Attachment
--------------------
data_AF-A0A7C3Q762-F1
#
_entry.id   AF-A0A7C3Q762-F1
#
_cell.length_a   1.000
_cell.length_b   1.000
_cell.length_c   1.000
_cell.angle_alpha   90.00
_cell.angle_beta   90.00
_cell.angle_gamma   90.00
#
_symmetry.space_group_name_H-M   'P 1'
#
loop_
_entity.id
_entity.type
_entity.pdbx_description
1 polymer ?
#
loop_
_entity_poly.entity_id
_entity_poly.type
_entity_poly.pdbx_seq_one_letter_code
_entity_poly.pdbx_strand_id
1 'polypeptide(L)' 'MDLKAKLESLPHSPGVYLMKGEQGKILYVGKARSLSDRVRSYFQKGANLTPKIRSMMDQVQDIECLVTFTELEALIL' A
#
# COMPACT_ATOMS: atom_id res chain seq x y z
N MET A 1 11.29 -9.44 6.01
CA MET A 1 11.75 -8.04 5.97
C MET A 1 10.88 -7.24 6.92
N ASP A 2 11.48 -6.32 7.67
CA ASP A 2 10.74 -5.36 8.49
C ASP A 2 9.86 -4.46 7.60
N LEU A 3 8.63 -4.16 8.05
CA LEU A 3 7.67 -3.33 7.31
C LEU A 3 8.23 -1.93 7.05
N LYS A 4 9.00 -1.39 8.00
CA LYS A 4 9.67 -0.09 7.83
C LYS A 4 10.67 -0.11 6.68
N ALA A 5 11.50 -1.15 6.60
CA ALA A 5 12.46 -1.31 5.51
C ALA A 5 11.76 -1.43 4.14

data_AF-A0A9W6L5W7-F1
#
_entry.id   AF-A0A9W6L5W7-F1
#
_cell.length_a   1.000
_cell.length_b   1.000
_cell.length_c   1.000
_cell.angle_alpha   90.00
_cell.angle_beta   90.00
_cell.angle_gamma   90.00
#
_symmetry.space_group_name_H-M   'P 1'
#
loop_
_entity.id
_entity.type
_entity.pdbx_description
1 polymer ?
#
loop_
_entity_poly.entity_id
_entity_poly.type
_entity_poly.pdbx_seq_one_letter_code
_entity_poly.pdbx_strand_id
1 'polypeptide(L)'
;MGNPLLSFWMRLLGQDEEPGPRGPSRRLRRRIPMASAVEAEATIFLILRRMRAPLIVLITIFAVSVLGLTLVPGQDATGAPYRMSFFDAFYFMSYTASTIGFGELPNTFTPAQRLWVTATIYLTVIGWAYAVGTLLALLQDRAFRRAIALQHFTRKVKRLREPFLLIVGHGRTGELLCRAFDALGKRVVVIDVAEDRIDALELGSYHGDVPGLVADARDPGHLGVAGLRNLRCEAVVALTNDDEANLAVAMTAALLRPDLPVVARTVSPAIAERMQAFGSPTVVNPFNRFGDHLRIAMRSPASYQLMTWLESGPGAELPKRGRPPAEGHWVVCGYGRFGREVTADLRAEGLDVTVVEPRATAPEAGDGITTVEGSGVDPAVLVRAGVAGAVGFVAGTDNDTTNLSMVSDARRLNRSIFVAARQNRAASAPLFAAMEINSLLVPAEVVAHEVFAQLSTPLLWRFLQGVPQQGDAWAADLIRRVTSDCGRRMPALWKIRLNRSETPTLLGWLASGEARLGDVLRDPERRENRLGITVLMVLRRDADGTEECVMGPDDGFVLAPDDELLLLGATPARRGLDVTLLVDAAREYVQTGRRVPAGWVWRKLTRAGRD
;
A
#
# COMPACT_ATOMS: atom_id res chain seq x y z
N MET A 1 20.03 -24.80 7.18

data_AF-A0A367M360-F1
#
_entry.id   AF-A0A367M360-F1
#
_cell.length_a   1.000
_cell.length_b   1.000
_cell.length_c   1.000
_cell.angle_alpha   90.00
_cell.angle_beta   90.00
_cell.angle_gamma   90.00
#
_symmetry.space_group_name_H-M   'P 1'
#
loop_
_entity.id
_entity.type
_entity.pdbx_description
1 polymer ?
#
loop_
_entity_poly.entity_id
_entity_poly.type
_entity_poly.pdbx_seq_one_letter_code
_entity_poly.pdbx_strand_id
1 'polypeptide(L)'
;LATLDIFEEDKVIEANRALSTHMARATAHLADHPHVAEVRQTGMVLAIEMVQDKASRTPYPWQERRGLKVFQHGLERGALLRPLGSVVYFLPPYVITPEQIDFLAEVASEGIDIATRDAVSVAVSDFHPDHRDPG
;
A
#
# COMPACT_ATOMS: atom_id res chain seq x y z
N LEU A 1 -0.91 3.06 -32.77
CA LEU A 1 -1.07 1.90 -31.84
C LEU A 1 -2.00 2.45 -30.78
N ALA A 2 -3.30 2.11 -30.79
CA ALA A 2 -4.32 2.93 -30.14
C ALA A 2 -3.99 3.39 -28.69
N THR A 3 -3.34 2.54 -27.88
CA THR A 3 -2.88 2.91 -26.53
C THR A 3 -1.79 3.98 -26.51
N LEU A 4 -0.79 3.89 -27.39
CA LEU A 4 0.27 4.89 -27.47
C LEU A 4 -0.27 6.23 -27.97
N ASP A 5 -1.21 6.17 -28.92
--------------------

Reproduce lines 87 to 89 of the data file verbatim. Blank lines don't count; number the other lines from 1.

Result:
loop_
_entity.id
_entity.type